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Book Reviews   |    
Treating Schizophrenia in the Prodromal Phase
Reviewed by Elizabeth Galton, M.D.
Psychiatric Services 2005; doi: 10.1176/appi.ps.56.11.1469
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by Alison Yung, Lisa Phillips, and Patrick D. McGorry; New York, Taylor and Francis, 2004, 152 pages, $44.95 softcover

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Increasingly, we find ourselves interested in strategies for preventing or ameliorating in its earliest manifestations the horrible disease of schizophrenia. Thus research centers around the globe are working on learning what can be done in the earliest discernable stage of the illness. What we think we can discern we are labeling as "the prodromal phase," although it always remains to be seen whether a putative prodromal phase will become a psychotic illness. But we do know that in the ordinary course of events, treatment for psychotic illnesses often is begun a year or so too late, even after the psychosis has clearly begun. So any work that can help us intervene sooner in the course of illness will likely be very welcome.

In this remarkable and compact work, Treating Schizophrenia in the Prodromal Phase, the Australian authors describe their research in a specially created clinic for young people as well as similar work being done elsewhere. The book could be regarded as a primer on current thoughts about what constitutes a prodromal phase.

The work begins with a brief description of the prodromal phase as seen in the authors' clinic and arguments as to why this is an important area of effort: "a considerable amount of psychiatric symptoms, disability, and self-harming and other health-damaging behaviours occur during this prodromal phase …. If [it] can be recognized prospectively and treatment provided … , then disability could be minimized … neurobiological changes … could … be prevented, minimized, or reversed." The authors believe that people will engage more easily in treatment before the onset of full-blown psychosis. They discuss various conceptions of the prodromal phase; not all research groups define it equally. In their set-up, patients are referred by other clinics as they are identified as being at "ultra-high risk" of developing a psychotic illness. The patients are originally self-referred as a result of being in distress or wanting psychological support. The treatment is not involuntary.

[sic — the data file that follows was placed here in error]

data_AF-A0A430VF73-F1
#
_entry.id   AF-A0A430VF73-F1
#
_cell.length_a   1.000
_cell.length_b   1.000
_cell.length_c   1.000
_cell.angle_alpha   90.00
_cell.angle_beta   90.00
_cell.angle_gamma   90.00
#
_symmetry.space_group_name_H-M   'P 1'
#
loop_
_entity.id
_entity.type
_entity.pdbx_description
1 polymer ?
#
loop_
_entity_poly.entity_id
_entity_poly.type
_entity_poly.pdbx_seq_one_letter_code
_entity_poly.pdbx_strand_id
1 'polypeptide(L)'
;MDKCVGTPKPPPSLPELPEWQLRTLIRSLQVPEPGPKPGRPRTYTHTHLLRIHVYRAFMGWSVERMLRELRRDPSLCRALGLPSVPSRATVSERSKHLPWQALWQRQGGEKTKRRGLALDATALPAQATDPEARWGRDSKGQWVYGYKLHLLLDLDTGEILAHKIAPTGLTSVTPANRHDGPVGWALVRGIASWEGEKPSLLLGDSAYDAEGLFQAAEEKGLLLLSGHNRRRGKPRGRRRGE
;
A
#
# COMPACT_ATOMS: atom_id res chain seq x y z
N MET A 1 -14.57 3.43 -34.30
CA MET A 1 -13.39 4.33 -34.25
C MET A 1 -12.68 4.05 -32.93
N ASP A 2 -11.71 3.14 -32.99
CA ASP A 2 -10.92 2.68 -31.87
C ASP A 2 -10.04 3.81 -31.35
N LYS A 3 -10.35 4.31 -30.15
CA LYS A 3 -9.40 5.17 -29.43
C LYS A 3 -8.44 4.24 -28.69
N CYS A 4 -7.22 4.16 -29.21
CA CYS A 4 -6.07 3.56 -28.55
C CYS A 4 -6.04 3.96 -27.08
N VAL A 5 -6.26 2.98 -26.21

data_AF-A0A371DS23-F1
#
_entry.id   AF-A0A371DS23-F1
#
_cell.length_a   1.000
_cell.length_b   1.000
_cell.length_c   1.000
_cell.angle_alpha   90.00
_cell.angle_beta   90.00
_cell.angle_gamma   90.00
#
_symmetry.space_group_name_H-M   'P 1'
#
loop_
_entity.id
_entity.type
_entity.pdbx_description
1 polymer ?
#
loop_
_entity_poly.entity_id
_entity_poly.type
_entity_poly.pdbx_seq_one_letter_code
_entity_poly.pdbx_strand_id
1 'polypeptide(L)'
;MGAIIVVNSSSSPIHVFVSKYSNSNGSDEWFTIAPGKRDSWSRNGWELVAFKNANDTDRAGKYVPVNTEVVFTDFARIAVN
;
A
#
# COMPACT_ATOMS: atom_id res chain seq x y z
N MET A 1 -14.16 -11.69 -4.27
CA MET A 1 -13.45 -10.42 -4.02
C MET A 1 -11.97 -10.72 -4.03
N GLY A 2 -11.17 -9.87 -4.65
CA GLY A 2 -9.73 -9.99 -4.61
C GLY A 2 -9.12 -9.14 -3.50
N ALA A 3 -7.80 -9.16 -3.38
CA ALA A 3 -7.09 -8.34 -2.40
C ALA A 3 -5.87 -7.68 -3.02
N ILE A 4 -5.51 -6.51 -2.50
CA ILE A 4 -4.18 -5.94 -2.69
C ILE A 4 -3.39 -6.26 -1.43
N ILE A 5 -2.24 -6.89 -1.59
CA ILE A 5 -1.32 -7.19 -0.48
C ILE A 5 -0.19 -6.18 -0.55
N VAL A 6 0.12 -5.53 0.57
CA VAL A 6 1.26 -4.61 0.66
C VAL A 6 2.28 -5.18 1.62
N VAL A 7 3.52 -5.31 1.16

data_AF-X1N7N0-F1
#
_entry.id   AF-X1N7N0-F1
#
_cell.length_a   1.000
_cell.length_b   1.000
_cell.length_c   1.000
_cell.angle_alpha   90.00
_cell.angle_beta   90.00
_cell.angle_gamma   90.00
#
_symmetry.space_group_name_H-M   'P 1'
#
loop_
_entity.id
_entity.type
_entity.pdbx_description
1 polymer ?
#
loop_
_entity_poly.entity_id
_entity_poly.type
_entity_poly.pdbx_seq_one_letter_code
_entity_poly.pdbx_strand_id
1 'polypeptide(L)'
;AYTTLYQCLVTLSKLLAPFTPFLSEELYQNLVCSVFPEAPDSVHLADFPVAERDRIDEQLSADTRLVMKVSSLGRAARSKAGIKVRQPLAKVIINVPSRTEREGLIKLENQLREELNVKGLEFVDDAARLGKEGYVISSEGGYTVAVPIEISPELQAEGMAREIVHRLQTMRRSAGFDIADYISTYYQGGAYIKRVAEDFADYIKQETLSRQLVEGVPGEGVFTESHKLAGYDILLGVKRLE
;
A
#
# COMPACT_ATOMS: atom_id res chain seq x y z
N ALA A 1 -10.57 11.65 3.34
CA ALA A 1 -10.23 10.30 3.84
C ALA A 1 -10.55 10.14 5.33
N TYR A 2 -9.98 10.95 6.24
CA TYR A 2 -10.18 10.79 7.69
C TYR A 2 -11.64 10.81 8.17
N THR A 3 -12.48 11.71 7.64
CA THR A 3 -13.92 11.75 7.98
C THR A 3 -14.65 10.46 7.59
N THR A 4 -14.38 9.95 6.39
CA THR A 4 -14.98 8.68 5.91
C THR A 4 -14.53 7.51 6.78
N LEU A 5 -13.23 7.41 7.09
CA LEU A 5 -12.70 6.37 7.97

The authors describe the treatment rationales, personnel, and outcomes and also include draft clinical guidelines for treatment. Almost all patients are given the opportunity to participate in research studies, and ethical and treatment-research interfaces are given careful consideration. The outcomes of their studies, as well as those of other studies around the world, are presented. Future directions are suggested at the end of the book.

The book is well written and could be easily understood by readers who do not have a medical background. The material is well organized, and, wherever possible, key points are repeated in a color-contrast box format, which makes it easy to go back over the material and pick out the highlights of the chapter. I found this very interesting reading and enjoyed learning about the prodromal phase and following the authors' thought processes as they reasoned through various issues, which makes me think this book would be an excellent educational and training resource for any mental health professional who is concerned with treatment for serious mental illnesses, including psychiatric residents and trainees in other professions that deal with psychotic mental illnesses, hospital and clinic administrators, and those who set policies on these issues.

I found myself rather envious in that Australia seems to have a system for treating mental illness without the drag effect of having to deal with finances and insurance. Could that be? If they can do this, why can't we?

Some very minor criticisms: it was very clear that the authors' clinic deals only with young people (ages 14 to 29 years) who are at a high risk of psychotic illness. However, there is a separate population that develops psychotic illness later in life, which was not part of the study and not even mentioned in the book. I would have liked to know the authors' thoughts on this population. Another problem—and here I am betraying my age—is the size of the font: the book is pleasantly compact, because the font is small, but I required a bright light to read it.

Dr. Galton is affiliated with the University of California, Los Angeles.




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